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Hanging out in Baku, Azerbaijan, musing on Dalai Lama youth movement back at ‘The Coastal Star’

March 4th · No Comments ·

For more on Baku, switch channels to HanifOnMedia. From here in Azerbaijan, the former Soviet republic, I see that my latest InterFaith21 essay, on the Dalai Lama’s message at Florida Atlantic University, is on tap back home in the new March edition of The Coastal Star.

There wasn’t space to mention my late blessed mother taking me to hear the Rev. Dr. Martin Luther King, Jr. speak years ago at then-Coppin State College in Baltimore. Or  the numerous giants I took my own children to hear. But Tibet’s great Buddhist leader left me with good thoughts of what’s to come from the kids in whom he planted his seeds of compassion.

Here are some scenes, and some other Dalai Lama @ FAU links:

I hardly have a great camera, and wouldn’t yet know what to do with one, but I like composing shots such as this of audience on the right and reflections on the left.

Dalai Lama Tells Crowd of 3,000 at FAU: ‘Change Oneself and Change the World’

Cerabino: (Part of) Dalai Lama’s message: You’ve got to be able to laugh – at yourself

Dalai Lama: Message of internal compassion comes to South Florida

Dalai Lama Speaks At Nova Southeastern, FAU

The Coastal Star Interfaith21: Pensive student crowd hears message of peace

Listening in as the 14th Dalai Lama of Tibet spoke at Florida Atlantic University in Boca Raton, it didn’t take me long to decide on nuances to share that might be different from others in the crush of media. Among the most striking was the juxtaposition of the man and the kids.

Students comprised the majority of the 3,000 at the FAU Center Feb. 24. Elsewhere on campus, another 2,500 students and faculty watched a simulcast in the auditorium. What a good thing, I thought as I watched them pay rapt attention, that they are getting to hear this wonderful human being.

The 74-year-old exiled Tibetan Buddhist leader is the personification of humility spawned of wisdom. “Some people regard me as all-knowing,” he said. “But I don’t know what is going to happen tomorrow.”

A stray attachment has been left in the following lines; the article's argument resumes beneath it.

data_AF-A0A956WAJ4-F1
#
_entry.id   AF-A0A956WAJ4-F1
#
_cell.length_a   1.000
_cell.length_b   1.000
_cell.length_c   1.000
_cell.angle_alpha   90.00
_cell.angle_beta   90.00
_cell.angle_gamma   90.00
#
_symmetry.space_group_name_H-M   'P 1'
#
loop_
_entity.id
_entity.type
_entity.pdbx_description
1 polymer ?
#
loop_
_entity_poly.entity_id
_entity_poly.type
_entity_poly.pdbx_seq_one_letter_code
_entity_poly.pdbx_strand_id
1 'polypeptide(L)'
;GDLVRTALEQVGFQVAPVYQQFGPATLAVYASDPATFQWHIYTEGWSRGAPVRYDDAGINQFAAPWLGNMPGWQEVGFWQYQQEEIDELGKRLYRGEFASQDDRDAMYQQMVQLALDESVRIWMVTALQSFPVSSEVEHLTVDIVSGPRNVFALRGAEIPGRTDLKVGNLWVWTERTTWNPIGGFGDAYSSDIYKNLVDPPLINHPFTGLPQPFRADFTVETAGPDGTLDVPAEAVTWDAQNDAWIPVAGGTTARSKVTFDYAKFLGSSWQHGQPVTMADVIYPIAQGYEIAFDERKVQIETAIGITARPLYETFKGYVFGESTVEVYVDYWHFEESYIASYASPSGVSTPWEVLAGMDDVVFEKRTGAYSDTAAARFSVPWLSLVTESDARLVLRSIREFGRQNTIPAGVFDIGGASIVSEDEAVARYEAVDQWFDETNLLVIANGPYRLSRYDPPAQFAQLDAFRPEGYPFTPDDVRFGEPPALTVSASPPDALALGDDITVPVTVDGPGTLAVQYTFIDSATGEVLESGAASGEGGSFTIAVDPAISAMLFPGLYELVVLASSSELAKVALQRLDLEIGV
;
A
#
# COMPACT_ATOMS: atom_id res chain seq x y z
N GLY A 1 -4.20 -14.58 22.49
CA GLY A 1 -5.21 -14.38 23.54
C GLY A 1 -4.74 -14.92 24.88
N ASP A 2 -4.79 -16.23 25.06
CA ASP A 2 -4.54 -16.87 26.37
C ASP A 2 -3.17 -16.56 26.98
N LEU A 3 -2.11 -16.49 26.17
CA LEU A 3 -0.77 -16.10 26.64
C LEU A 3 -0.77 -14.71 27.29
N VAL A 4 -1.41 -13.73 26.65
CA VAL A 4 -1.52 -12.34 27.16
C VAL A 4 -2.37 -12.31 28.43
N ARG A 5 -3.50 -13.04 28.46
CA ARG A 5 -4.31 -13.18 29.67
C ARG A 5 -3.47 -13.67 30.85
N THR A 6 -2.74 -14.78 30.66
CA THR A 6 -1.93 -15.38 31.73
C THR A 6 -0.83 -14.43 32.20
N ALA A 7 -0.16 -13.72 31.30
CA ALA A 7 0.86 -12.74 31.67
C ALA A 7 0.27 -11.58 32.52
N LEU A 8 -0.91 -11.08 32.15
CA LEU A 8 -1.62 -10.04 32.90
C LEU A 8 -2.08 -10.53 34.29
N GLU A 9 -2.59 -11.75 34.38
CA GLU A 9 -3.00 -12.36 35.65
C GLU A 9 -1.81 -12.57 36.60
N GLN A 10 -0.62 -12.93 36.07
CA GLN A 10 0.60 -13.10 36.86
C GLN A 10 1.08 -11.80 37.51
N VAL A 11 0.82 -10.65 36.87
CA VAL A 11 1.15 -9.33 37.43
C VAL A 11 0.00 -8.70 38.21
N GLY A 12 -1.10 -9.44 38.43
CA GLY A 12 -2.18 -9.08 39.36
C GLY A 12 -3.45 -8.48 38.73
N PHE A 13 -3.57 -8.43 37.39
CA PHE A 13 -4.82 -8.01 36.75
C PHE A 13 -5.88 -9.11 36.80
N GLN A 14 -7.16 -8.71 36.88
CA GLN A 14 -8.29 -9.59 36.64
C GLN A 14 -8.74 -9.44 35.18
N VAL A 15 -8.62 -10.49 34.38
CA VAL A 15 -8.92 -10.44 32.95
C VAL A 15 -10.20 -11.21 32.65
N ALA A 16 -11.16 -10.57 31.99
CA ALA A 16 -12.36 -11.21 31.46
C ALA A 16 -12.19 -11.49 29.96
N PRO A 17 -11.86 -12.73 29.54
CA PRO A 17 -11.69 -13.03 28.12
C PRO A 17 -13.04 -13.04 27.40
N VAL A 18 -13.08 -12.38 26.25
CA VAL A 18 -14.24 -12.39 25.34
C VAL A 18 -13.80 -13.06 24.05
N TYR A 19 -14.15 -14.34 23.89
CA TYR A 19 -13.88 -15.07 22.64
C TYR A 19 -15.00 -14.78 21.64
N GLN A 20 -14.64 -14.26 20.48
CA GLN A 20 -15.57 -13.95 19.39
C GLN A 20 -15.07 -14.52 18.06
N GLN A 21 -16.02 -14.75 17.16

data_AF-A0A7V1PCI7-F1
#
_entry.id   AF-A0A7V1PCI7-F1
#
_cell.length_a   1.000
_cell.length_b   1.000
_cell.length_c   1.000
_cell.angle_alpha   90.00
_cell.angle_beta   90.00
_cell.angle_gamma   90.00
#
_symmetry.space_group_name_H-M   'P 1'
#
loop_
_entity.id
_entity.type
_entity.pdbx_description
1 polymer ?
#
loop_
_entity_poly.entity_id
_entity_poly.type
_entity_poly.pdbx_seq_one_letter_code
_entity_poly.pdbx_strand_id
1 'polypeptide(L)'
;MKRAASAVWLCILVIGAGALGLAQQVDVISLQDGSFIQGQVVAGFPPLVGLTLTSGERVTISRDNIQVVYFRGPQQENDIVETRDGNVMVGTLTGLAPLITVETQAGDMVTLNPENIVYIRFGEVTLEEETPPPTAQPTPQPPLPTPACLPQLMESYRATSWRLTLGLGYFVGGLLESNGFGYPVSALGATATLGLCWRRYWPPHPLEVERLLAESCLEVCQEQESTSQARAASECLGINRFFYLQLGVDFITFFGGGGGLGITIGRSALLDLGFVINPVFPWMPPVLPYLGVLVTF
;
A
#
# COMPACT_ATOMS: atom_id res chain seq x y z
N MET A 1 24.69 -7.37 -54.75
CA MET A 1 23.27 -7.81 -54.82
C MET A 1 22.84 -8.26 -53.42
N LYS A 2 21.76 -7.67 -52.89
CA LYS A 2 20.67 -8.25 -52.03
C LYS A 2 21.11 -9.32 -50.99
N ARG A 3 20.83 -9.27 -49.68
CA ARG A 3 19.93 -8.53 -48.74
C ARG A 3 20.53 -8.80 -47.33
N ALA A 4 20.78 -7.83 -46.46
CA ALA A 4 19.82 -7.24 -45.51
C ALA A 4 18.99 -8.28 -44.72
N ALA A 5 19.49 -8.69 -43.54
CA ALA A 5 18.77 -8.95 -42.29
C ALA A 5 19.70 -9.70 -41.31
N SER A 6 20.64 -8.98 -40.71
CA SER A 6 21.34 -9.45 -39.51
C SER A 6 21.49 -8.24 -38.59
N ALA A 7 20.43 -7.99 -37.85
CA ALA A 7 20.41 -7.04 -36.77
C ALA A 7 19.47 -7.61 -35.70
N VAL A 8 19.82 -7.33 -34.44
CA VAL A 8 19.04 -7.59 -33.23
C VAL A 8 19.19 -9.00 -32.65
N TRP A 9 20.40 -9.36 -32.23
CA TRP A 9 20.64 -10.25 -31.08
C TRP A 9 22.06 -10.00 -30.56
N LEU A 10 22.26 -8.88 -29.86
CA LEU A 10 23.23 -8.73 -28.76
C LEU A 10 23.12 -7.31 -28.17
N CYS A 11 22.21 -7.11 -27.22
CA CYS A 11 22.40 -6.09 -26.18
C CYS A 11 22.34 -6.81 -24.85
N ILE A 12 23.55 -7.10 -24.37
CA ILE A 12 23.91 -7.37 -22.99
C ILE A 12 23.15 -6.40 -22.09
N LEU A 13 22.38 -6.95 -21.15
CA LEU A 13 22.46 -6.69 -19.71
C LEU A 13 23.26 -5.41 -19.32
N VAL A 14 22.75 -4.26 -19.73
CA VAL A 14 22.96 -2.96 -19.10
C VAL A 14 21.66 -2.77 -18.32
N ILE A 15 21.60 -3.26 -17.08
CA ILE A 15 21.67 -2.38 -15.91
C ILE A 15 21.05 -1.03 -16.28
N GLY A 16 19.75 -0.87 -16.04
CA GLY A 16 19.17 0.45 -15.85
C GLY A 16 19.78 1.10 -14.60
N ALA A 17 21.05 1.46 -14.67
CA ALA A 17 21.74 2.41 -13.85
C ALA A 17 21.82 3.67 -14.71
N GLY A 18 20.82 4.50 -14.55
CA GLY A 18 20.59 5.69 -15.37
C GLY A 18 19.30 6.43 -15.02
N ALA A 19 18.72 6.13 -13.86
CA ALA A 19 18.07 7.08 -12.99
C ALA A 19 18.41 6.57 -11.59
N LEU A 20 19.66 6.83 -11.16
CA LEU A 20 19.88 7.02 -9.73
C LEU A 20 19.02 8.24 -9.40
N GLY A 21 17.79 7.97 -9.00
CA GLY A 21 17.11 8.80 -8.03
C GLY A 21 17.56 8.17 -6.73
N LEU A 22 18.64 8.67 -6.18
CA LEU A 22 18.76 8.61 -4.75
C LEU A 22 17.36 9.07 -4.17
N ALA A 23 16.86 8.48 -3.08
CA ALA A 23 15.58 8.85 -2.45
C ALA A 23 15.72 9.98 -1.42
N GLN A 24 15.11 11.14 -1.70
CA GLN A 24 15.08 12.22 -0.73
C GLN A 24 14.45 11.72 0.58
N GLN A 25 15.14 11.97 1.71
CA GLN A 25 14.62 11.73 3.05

Most pleasantly surprising was the sage’s humor. No stuffed robe he. That became apparent a few minutes into his hour-long talk-and-question session as he removed his shoes to adopt a lotus position in the oversized chair.

This was not the occasion to discuss Tibet’s occupation by China that has made him an exile. His message was about how compassion leads to peace and begins in each individual. “We need peaceful resolution,” he said, “in order to carry out real dialogue.”

I was aware that as a result of meetings of major world religious leaders, the Dalai Lama was close with two of my recently deceased heroes: Chiara Lubich, who became known as the “Blessed Lady” of the worldwide Catholic lay movement the Focolare, and Imam W.D. Mohammed, who was eulogized as “America’s Imam.”

I wished I could have asked him about the loss of his friends. I also lamented who could replace such spiritual giants among humanity including him, who many call “His Holiness.”

Initial cloudy thoughts quickly gave way to sunshine musings about the kids who shared such a rare space with him.

It was a joy to see the students’ pensive faces as His Holiness the Dalai Lama planted good seeds for what comes next.

Not to make any comparisons, but who, when he was in college, predicted the presidency of Mrs. Obama’s son? The message of the sage of Tibet, and the students’ respect for it, served as yet another reminder that for humanity, the best is yet to come.

C.B. Hanif is a writer, editor and media and inter-religious affairs consultant. Find him at

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